The UAE has also sought to influence US domestic politics to advance its own agenda in Washington. One incident in particular, reported by the New York Times, highlights well the extent to which George Nader, an emissary for then-Crown Prince Mohammed bin Zayed and Saudi Crown Prince Mohammed bin Salman, sought to infiltrate Trump's inner circle. According to the New York Times, shortly before the 2016 election, three individuals gathered at Trump Tower to meet with Donald Trump Jr., then-candidate Trump's eldest son. The three individuals were Nader; Joel Zamel, an Australian Israeli specialist in social media manipulation; and Erik Prince, former head of the private security contractor Blackwater. According to the report, Nader "told Donald Trump Jr. that the princes who led Saudi Arabia and the United Arab Emirates were eager to help his father win election as president," and Zamel offered his company's services, which "specialized in collecting information and shaping opinion through social media." The plan involved, according to the New York Times, "using thousands of fake social media accounts to promote Mr. Trump's candidacy on platforms like Facebook." Although it is unknown whether the plan was actually executed, the UAE has been accused multiple times by Facebook and Twitter of engaging in sophisticated disinformation campaigns using fake accounts. The emissary mentioned above, Nader, later pleaded guilty in 2022 to funneling money into then-candidate Hillary Clinton's 2016 presidential campaign on behalf of the UAE.
Ros-Lehtinen and Akin, Gump Contribute to UAE Abuses
Despite the UAE's widespread and systematic human rights abuses, Ros-Lehtinen and Akin Gump have continued to press the US government to sell weapons to the UAE, including advocating for a $23 billion deal in early 2021, and lobbying members of Congress against a joint resolution of disapproval that would have blocked arms sales to the UAE.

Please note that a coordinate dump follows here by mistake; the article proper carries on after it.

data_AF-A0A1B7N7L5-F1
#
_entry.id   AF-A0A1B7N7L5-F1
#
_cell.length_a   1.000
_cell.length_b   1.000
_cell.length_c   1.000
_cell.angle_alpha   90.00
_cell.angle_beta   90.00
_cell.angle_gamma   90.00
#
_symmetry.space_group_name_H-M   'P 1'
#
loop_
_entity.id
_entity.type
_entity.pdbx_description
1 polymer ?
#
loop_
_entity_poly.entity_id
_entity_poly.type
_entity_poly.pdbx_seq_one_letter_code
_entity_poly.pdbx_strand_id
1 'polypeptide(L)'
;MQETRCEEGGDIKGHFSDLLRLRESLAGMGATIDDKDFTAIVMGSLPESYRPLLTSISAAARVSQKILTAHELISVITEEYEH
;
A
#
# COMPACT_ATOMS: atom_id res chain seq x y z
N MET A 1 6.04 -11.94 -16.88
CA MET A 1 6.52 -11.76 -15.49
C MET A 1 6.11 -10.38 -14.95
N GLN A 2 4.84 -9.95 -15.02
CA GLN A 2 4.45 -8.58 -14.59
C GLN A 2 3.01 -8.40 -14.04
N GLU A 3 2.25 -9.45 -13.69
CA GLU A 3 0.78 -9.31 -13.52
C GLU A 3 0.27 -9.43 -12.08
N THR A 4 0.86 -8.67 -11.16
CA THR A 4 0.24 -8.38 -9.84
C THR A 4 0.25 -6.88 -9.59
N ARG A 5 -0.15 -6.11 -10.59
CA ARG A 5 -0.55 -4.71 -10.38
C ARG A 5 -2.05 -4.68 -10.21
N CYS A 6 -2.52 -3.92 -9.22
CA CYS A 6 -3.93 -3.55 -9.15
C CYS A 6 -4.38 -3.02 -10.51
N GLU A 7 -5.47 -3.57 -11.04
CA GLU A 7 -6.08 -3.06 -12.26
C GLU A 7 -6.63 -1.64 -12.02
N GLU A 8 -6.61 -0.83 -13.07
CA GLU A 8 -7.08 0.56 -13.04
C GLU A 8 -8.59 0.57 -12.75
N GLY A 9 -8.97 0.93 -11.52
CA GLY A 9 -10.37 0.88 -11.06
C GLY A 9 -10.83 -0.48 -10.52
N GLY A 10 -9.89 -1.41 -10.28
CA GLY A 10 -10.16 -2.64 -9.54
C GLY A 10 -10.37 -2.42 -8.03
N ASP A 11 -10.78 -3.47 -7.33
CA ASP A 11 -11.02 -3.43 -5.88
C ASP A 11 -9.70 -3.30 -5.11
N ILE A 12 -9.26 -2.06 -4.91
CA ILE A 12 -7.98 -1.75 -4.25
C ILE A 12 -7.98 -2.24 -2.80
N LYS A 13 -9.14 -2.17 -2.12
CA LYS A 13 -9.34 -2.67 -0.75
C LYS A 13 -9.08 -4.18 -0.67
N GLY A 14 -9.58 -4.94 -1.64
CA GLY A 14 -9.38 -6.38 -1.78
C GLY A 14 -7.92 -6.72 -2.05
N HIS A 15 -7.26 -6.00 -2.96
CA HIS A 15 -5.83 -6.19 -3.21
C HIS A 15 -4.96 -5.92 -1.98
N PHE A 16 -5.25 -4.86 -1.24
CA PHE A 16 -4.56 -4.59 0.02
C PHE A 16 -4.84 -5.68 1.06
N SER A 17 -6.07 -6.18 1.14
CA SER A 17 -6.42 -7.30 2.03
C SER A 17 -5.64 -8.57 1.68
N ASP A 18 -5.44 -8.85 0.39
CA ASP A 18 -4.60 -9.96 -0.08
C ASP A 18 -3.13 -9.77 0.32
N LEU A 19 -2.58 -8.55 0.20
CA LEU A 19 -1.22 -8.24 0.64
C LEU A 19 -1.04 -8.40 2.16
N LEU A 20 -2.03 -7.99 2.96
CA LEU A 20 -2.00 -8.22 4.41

According to their FARA filings, Ros-Lehtinen and Akin Gump work for the UAE has included hundreds of meetings, phone calls, and emails with US government officials to lobby for "UAE arms sales," "UAE weapons package," "pending arms sale," and "relationship building, and monitoring, compiling information, and analyzing the potential and legal ramifications of the legislation." Their lobbying also includes conveying the UAE viewpoint about the war in Yemen, Iran, US-UAE military cooperation, and UAE-related legislation. Such legislation includes the National Defense Authorization Act (NDAA), which determines US defense policies and spending. They also "monitored and informed the Embassy about Congressional hearings and other events and developments regarding matters of interest." Ros-Lehtinen specifically lobbied for the US government to authorize sales of F-35 fighter jets to the UAE following the signing of the so-called "Abraham Accords" in 2020, calling the UAE a "steadfast ally" and arguing that the US government should "advance" its strategic relationship with the Emirates. There is no information available to indicate that Ros-Lehtinen and Akin Gump included material information about the UAE's human rights abuses and violations of international humanitarian law, knowledge and information about which would have impeded any arms sales to the country. Section 502B of the Foreign Assistance Act prohibits security assistance, including arms sales, to any country the government of which engages in a consistent pattern of gross violations of human rights. The Hill further confirms that Akin Gump has lobbied hundreds of US government officials, including members of Congress and US government officials, on behalf of the UAE on issues including US sanctions on Iran, the war in Yemen and relevant arms sales, US human rights reports, and the UAE and Saudi blockade of Qatar. It ranks as the second-largest US lobbying firm by revenue. Every year since 2007, Akin Gump lobbyists representing the UAE either met with or contacted the staff of nearly every US Congressional office, as well as US government officials from the National Security Council, USAID, Congressional Research Service, State Department, Pentagon, and other agencies. They also met journalists, think tanks, and pro-Israel groups, according to the Quincy Institute's report, "The Emirati Lobby in America."